Requirements & Visa Information for (Teaching English) in China: 2014
What are the minimum requirements for teaching in China?
There are three general requirements:
- A bachelors degree
- Two years relevant experience (i.e. teaching)
- English as a first language
(Although the two years experience can vary, more on that in a bit).
On job applications you'll often see age requirements, for the bottom end usually 24 - 25. This is because a 4 year degree (a bachelors in America is 4 years. It's only 3 in England.) plus two years experience puts you at 24. Usually the age restriction is simply an attempt to limit the candidates to those who fit the conditions we mentioned above.
There are also no upper end age restrictions in the visa system, as Gary Chodorow points out in his excellent China Visa FAQ, the age restrictions come from local Labour Bureau rules and they're based on China's mandatory retirement ages:
- Men: 60 - 55
- Women: 50 - 55
These are being revised although there's been no concrete plans released at the moment (here's Bloomberg's estimates on it).
Do you need two years experience to teach in China?
This is the biggest barrier for a lot of people who want to work in China. Especially as a lot of the entry level positions don't have the benefits or salary you would give to a teacher with two years experience.
Once again Gary Chodorow comes to the rescue with some genuine knowledge, this time given in an interview with Atlas China.
The two year work experience rule is one set by cities not by the Ministry of Labor, so while it definitely exists in places like Beijing, Shanghai and other tier 1 cities, in "smaller" (smaller by China's standards) cities this isn't the case.
There are two ways to get a Z visa (see below), one requires an employment license, the other a Foreign Experts certificate. Language teachers usually end up with a Foreign Experts Certificate. As he points out, the requirements for a Foreign Experts Certificate for a language teacher are a bachelor's degree AND: two years of work experience OR a certificate of a language teacher qualification.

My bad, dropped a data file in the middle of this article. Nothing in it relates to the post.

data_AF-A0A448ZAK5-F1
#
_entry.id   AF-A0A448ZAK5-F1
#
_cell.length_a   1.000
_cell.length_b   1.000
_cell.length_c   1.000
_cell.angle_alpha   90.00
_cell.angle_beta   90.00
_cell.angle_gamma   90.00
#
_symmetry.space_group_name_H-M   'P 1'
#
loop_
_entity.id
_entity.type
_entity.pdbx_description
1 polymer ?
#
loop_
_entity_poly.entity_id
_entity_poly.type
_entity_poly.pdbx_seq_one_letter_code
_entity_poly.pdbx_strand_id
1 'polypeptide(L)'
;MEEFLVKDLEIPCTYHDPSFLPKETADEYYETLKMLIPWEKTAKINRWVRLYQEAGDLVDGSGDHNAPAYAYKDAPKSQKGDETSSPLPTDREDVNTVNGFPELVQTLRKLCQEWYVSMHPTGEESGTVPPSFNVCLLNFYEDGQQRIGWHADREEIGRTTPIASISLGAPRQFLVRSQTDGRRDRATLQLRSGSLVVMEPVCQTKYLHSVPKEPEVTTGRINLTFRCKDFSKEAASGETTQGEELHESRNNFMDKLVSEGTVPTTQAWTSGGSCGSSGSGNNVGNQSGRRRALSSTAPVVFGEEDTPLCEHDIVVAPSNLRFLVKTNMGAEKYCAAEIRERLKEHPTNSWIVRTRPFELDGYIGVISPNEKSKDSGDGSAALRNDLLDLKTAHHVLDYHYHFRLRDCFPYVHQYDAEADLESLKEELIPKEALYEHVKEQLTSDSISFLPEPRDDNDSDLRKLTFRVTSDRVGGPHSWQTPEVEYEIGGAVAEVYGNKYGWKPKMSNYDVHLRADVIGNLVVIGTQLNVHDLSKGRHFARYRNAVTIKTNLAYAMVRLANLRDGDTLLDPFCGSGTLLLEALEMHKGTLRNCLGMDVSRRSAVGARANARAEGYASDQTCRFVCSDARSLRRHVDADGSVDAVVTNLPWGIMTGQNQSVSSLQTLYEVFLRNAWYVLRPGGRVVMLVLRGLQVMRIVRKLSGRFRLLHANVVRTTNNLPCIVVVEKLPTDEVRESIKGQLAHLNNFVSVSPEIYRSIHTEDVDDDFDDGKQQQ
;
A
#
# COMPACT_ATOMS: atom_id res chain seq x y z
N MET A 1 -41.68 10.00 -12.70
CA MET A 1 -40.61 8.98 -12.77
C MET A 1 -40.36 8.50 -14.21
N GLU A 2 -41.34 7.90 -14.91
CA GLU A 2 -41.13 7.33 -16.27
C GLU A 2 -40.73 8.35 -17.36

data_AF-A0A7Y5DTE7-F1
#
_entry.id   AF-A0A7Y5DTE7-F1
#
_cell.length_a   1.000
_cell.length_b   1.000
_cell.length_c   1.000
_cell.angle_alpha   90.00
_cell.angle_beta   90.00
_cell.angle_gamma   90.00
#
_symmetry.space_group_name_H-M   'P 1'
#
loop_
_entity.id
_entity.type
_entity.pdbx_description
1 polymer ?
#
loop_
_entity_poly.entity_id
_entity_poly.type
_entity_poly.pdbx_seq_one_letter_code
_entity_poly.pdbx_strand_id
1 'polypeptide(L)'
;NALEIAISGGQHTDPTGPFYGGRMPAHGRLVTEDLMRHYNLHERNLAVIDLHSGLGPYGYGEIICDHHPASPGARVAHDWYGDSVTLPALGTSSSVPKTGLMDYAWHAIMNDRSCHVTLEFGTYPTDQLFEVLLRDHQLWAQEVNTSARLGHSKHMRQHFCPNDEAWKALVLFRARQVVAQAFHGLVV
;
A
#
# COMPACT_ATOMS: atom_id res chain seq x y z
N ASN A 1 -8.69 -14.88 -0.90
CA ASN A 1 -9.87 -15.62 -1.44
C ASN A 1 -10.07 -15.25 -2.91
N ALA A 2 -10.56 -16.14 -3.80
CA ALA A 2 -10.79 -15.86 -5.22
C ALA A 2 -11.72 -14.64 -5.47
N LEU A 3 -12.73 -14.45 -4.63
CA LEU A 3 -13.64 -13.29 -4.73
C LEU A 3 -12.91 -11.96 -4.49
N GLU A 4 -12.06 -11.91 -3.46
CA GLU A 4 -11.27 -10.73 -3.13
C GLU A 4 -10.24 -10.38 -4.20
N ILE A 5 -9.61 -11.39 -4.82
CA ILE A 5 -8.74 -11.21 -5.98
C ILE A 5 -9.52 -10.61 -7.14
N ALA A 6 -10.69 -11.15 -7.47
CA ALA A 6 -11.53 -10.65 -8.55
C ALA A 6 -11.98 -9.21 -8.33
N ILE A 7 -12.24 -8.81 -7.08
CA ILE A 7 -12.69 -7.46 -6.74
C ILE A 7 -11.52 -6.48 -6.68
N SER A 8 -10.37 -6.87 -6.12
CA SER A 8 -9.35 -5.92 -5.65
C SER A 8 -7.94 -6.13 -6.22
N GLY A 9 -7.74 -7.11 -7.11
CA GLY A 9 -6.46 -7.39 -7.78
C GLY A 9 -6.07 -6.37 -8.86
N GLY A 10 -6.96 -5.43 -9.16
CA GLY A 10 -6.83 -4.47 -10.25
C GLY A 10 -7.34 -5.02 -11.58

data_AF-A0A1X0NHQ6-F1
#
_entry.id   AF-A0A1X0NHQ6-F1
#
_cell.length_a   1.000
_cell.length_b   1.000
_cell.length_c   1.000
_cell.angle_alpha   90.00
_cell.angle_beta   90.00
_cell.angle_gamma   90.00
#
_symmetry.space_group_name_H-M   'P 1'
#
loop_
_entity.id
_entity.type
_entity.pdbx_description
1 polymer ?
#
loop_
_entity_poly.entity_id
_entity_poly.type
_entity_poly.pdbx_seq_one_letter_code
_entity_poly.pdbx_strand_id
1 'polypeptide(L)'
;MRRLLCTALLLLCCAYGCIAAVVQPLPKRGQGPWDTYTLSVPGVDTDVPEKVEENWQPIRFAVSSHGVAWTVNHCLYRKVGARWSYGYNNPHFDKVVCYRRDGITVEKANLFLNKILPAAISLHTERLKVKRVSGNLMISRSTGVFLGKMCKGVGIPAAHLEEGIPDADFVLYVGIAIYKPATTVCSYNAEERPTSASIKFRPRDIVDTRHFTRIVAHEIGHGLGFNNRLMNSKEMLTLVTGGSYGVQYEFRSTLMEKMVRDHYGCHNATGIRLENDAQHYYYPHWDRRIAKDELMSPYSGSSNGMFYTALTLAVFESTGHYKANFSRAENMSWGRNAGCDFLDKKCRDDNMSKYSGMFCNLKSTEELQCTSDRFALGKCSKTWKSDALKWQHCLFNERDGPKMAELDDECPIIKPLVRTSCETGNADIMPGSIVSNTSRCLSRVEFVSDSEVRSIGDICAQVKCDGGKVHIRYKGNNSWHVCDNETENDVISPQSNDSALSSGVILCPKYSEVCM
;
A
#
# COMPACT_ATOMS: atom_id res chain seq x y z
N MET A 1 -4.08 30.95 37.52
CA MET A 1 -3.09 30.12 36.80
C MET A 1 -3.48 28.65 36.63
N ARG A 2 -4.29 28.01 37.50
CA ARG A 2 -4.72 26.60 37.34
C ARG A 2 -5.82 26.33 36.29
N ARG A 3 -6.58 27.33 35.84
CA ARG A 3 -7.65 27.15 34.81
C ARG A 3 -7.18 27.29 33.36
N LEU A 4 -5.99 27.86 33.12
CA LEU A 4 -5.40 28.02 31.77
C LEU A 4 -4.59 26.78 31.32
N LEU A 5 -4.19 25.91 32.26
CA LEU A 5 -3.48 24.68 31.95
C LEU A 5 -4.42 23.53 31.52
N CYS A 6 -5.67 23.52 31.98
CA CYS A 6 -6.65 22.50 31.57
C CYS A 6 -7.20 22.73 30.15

So the two years experience is not a hard requirement. Of course there's no official list of which TEFL certificates are counted as valid and what it comes down to is different companies will be able to get you a z visa with different requirements, for example if you take a look at the EF English First China requirements they want 1 years experience and a TEFL certificate (preferably CELTA or equivalent).
If you don't have two years experience then start searching for jobs in the smaller tier 2 and 3 cities, contact recruiters or companies who do provide Z visas and have lower requirements. You should be getting the Z visa before you leave for China, because that way you know your employer is allowed to legally hire expats.
Which visa do you need to teach in China? Z, L, F (or M)?
As you might have spotted in the previous questions, only the Z visa is mentioned. If you want to teach and work legally in China you need a Z visa.
We'll come to this in the next step, but one of requirements of the Z visa is it can only be issued in your home country or in Hong Kong. So if you're looking to teach in China you either have to get a Z visa before you leave and enter the country on it, or some companies will try to get you to come in on a L, F or M visa (F visa is no longer the business visa, it's now M) and then have you to convert to a Z visa on a Hong Kong visa run when you're already in the country.
We'd always recommend getting the Z visa before arriving in the country. Why? The most obvious benefit is that you know your employer is legally allowed to employ teachers before you even have to step on a plane.
The other large benefit is all of the delays, frustrations and organisation that go into trying to organise your visa inside China are avoided (see this teacher interview for an example).